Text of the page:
His crowning glory will always be, of course, his play-off final-winning goal at Wembley. There really ain’t nobody like Tom Cairney. 9.5/10
2016/17. Ragnar Sigurðsson – £4m
Someone once said, ‘never sign someone just on the back of a good international tournament”. They must have been talking about Ragnar Sigurðsson. Considering Iceland’s heroic run to the quarter finals of Euro 2016, including a goal-scoring man-of-the-match performance to knock out England. He was the preferred centre back for the first third of the season. Unfortunately for Ragnar, the second two-thirds included a 23-game unbeaten run. He was dropped following a woeful showing at home to Brighton, which proved to be his last start in black and white, and the one for which he is remembered for most. 4/10
2017/18. Rui Fonte – £6m
If the rating was based purely on how much you celebrate every single Fulham goal, easily 10/10 for Fonte. I was convinced that Fulham had captured the Championship’s best player after his performance away at Ipswich early into his Fulham career. But it was his peak after just two games as his form slowly declined. Slav bingo was on full operation that promotion season, especially in the first half of the year and Rui struggled to hold a place as a result. Hardworking no doubt, but he made only a limited contribution to the ’23, 23 undefeated’ and was shipped out shortly after promotion was confirmed. 5/10
2018/19. Jean Michel Seri – £27m
Seri was a statement of intent from Tony Khan as Fulham attempted to make a mark in our first year back in the Premier League, as he was famously close to signing for Barcelona a year previously. However, sadly for Seri became the poster-boy for reckless spending and was scapegoated somewhat. The dynamic Seri operated as either as the six or the eight, but it must have been difficult to adapt week-in-week-out playing alongside the plethora of different options in the middle of the park.
Seri was by no means our worst player that year, but the huge price tag tainted the clearly talented Ivorian. Routinely shipped out over the next couple of years to relieve the wage bill but his final year in a Fulham shirt endeared himself to the Fulham fanbase showing his class and guile, albeit playing at Championship level. 6.5/10
2019/20. Ivan Cavaleiro – £11m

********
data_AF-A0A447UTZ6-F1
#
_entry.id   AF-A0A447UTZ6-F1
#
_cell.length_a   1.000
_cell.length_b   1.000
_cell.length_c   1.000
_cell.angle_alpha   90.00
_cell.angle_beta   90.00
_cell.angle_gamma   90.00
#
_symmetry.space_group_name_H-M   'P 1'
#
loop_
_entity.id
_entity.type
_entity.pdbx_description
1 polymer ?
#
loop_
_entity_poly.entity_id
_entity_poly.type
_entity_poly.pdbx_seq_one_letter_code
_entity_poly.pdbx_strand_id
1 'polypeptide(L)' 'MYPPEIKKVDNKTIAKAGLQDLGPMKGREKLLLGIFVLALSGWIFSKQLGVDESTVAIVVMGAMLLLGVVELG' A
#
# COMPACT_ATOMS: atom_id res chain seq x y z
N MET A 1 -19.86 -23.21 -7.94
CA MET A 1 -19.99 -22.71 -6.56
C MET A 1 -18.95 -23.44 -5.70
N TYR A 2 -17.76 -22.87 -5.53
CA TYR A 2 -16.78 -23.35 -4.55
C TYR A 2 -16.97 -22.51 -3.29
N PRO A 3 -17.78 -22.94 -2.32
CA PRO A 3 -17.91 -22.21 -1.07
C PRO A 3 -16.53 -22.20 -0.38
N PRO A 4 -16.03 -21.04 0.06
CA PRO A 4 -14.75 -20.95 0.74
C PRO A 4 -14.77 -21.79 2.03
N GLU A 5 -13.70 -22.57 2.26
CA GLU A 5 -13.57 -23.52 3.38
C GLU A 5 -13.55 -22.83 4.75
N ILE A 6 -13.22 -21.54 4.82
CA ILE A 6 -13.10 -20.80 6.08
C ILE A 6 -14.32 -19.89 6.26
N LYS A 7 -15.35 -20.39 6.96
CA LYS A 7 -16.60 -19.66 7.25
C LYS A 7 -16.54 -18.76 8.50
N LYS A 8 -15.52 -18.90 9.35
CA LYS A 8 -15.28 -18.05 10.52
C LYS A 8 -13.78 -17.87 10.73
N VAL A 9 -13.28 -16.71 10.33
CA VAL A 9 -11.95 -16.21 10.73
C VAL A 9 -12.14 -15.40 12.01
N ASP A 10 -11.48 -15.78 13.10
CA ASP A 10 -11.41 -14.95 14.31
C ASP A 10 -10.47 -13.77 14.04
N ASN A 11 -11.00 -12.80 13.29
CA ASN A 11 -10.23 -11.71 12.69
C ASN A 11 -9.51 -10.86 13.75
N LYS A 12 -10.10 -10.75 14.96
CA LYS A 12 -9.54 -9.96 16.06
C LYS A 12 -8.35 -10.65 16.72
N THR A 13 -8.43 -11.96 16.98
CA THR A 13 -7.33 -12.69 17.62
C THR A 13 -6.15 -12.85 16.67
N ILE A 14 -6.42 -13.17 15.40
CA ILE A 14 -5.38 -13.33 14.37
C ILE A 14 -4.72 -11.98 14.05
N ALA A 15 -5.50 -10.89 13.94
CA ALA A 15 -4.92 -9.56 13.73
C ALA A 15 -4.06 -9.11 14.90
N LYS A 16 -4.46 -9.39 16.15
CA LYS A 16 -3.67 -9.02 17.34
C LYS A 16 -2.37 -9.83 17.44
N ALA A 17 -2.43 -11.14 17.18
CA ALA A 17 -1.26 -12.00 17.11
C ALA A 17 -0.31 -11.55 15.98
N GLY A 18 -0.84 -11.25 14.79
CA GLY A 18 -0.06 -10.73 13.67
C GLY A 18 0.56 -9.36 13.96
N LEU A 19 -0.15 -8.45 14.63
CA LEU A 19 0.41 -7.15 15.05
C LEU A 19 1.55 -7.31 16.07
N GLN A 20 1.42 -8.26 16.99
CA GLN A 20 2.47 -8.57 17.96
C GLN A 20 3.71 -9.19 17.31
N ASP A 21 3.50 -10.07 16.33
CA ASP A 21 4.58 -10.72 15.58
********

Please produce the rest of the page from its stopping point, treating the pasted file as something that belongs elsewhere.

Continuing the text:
Everything about Cavaleiro screams quality. Quick, technically gifted, two-footed, energetic. But there’s no point giving someone the fastest car in a ace if they don’t know how to drive. He had a relatively solid first year in the Championship; he was the favoured left-wing choice under Scott Parker.
But it was in the Premier League where the biggest focus came. He was predominately deployed as a striker over Mitrovic, which will always puzzle the fanbase. He scored a few, but his decision making on the ball frustrated so many of his teammates as well as Fulham fans. Was blamed a lot for our blunt front line as we limped to a meagre 27 league goals. Marco used him sparsely in the promotion year as we opted for more productive players. He’s currently out on loan and unlikely to remain in SW6 upon his return. 6/10
2020/21. Anthony Knockaert – £11m
It’s hilarious that Tony Knockers was our record signing back in the top flight, but then failed to register a single minute in the league. His loan year was, on paper, successful because he was a mainstay under Parker in a promotion season. But Scotty P loved him for his work rate and positioning above any productivity. He finished 2019/20 with three goals as he took aim from anywhere on the pitch. Hardly featured under Marco and was largely deployed as the squad’s hype man. 5/10
2021/22. Harry Wilson – £12m
Harry was, of course, integral to the Fulham team that romped to the Championship title in his first season. Wilson’s technical ability to unsettle full-backs is masterful. And 20 assists in any season is fine return for any player. It’s great to see him flourish in top tier after returning from a lengthy injury spell. He’s started to form a lovely dynamic trio alongside Tete and Reed on the right side so if he can get a full season under his belt next year, no telling how high this rating can go. 7.5/10